Table per hierarchy in Azure Table Storage

If you’re coming from an ORM background to Azure Table Storage, you might be wondering how to map class hierarchies to tables.

Documentation on the topic is hard to find unless you know the magic class name EntityResolver which you can discover by digging into the Azure Client for .NET source code.

Let’s say we have a basic blog-style system (minimal fields shown):

public class Content {
  public string Id { get; set; }
  public string Title { get; set }
}

public class BlogPost : Content {
  public List<string> Topics { get; set; }
}

public class Page : Content {
  public String Slug { get; set; }
}

The trick is to create an instance of EntityResolver where T is your base class, e.g. Content. Strangely EntityResolver’s signature requires T implement new() so you can’t make your base class abstract.

Firstly we need to add to our base class an identifier for the type (in ORM terminology a type discriminator). Then we override that in the sub-types to ensure new instances get the correct type set on insertion.

public class Content {
  public string Id { get; set; }
  public string Title { get; set }
}

public class BlogPost : Content {
  public List<string> Topics { get; set; }
}

public class Page : Content {
  public String Slug { get; set; }
}

Let’s say we want to store all of these in a table called ‘content’. We would typically write a small helper class to handle the cloud table and storage, e.g.

public class Content {
  public string Id { get; set; }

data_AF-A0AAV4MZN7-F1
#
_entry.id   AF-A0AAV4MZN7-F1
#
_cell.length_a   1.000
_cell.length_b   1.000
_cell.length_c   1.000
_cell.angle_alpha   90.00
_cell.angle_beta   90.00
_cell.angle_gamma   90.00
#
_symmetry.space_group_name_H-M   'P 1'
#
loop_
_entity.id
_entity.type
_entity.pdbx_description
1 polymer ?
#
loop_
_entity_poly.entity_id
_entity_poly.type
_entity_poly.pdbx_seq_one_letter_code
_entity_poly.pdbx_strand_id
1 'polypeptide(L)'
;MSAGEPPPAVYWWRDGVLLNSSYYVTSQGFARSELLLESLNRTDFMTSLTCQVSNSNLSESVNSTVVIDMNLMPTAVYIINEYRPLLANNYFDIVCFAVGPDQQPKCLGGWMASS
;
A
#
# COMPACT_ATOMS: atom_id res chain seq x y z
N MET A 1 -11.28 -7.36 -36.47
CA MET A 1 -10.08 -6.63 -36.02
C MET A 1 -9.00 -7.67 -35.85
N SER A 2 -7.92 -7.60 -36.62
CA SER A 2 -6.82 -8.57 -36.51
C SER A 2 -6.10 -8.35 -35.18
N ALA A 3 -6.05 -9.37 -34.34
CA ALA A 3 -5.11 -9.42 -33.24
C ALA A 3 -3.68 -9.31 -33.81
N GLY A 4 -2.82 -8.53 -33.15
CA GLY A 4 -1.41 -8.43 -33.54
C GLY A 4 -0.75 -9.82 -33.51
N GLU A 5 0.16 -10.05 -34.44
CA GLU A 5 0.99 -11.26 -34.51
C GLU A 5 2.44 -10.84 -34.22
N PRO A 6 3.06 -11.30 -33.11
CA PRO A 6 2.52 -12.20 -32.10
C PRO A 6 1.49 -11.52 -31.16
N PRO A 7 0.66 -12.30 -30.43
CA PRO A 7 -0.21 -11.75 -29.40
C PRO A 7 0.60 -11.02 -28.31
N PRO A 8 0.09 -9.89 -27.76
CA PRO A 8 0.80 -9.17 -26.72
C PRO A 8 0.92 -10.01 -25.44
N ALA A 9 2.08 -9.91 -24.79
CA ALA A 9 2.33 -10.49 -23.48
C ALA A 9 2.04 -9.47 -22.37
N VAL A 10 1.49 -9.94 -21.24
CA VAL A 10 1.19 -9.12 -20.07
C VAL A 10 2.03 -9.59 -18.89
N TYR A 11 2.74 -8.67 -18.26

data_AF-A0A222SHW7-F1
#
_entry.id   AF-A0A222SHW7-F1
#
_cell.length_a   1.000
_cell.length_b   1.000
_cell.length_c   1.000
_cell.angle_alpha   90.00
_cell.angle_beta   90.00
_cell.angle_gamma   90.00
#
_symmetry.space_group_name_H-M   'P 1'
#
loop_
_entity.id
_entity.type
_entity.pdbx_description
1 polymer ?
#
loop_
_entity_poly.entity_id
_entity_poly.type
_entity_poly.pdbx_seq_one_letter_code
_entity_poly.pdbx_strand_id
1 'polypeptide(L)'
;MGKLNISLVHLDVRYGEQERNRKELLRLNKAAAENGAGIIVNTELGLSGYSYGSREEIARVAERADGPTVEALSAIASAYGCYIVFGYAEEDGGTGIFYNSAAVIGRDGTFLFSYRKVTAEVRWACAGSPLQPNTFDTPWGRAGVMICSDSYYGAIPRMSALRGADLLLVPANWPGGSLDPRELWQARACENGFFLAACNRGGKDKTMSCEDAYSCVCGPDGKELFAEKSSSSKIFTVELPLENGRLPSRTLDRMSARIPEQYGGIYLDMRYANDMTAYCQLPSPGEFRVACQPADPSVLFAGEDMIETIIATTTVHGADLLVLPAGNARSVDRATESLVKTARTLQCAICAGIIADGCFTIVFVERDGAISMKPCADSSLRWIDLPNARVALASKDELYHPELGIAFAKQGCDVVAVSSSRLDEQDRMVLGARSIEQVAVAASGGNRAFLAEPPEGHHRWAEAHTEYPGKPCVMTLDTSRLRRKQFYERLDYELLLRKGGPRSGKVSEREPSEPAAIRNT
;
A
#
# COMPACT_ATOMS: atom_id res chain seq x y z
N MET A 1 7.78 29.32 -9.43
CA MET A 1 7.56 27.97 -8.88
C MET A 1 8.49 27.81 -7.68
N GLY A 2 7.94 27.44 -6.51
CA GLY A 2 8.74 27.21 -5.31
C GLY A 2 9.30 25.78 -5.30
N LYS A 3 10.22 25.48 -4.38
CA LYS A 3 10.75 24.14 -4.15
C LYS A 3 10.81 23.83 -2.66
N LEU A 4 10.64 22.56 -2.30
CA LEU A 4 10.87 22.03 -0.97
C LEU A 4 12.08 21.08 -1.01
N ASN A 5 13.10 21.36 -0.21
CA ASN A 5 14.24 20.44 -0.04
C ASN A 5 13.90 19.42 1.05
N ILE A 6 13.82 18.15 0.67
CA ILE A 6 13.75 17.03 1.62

public string Title { get; set }
  public virtual string ContentType { get; set; }
}

public class BlogPost : Content {
  public List<string> Topics { get; set; }
  public override string ContentType {
    get { return "blog"; }
    set { }
  }
}

public class Page : Content {
  public String Slug { get; set; }
  public override string ContentType {
    get { return "page"; }
    set { }
  }
}

With that change, you can start inserting rows into Azure Table Storage. Querying them back results in Content types, and then saving those back again results in data loss!

We must help the CloudTable client materialize the correct results by creating an EntityResolver:

EntityResolver<Content> contentResolver(partitionKey, rowKey, timestamp, properties, etag) {
  var contentType = properties["ContentType"].StringValue;
  switch (contentType) {
    case "blog": return new BlogPost();
    case "page": return new Page();
    default: throw new NotSupportedException(String.Format("Unknown ContentType '{0}'", contentType));
  }
}

Which passes into operations that materialize results. Note that some signatures don’t accept a resolver, so find one that does even if it means supplying a default OperationContent. For example:

var query = table.CreateQuery<Content>().Where(c => c.PartitionKey == yearMonth);
var results = query.ExecuteQuery(query.AsTableQuery(), contentResolver, myRequestOptions, myOperationContext);

Given that these entity resolvers are essential to correctly materializing your results without data loss, it’s worth wrapping the CloudTable client with the necessary setup/table-creation/entity resolver.

[)amien

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